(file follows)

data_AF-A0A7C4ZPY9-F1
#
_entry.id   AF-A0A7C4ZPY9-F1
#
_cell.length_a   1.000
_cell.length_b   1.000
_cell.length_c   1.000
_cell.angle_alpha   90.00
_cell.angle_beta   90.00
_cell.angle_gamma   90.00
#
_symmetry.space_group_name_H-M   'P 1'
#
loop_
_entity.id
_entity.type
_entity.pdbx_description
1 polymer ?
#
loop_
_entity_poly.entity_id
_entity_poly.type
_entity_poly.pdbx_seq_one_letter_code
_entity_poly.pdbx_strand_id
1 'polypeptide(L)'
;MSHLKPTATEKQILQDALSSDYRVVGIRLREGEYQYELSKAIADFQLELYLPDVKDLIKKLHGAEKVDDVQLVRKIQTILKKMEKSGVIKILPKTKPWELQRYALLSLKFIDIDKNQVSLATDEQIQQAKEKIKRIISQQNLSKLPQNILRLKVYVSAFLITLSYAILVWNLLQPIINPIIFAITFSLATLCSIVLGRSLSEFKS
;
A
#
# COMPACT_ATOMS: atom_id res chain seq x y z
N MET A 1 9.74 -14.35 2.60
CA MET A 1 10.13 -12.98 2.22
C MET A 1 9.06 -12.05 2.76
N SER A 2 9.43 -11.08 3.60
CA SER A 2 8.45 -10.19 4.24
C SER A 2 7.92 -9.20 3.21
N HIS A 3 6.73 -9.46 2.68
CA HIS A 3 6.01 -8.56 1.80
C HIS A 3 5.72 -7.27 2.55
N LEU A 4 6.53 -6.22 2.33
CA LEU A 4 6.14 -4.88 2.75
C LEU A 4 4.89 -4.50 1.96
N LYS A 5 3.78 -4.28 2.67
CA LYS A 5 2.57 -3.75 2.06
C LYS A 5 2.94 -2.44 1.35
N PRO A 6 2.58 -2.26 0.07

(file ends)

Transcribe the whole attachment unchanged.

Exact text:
data_AF-A0A7C4ZPY9-F1
#
_entry.id   AF-A0A7C4ZPY9-F1
#
_cell.length_a   1.000
_cell.length_b   1.000
_cell.length_c   1.000
_cell.angle_alpha   90.00
_cell.angle_beta   90.00
_cell.angle_gamma   90.00
#
_symmetry.space_group_name_H-M   'P 1'
#
loop_
_entity.id
_entity.type
_entity.pdbx_description
1 polymer ?
#
loop_
_entity_poly.entity_id
_entity_poly.type
_entity_poly.pdbx_seq_one_letter_code
_entity_poly.pdbx_strand_id
1 'polypeptide(L)'
;MSHLKPTATEKQILQDALSSDYRVVGIRLREGEYQYELSKAIADFQLELYLPDVKDLIKKLHGAEKVDDVQLVRKIQTILKKMEKSGVIKILPKTKPWELQRYALLSLKFIDIDKNQVSLATDEQIQQAKEKIKRIISQQNLSKLPQNILRLKVYVSAFLITLSYAILVWNLLQPIINPIIFAITFSLATLCSIVLGRSLSEFKS
;
A
#
# COMPACT_ATOMS: atom_id res chain seq x y z
N MET A 1 9.74 -14.35 2.60
CA MET A 1 10.13 -12.98 2.22
C MET A 1 9.06 -12.05 2.76
N SER A 2 9.43 -11.08 3.60
CA SER A 2 8.45 -10.19 4.24
C SER A 2 7.92 -9.20 3.21
N HIS A 3 6.73 -9.46 2.68
CA HIS A 3 6.01 -8.56 1.80
C HIS A 3 5.72 -7.27 2.55
N LEU A 4 6.53 -6.22 2.33
CA LEU A 4 6.14 -4.88 2.75
C LEU A 4 4.89 -4.50 1.96
N LYS A 5 3.78 -4.28 2.67
CA LYS A 5 2.57 -3.75 2.06
C LYS A 5 2.94 -2.44 1.35
N PRO A 6 2.58 -2.26 0.07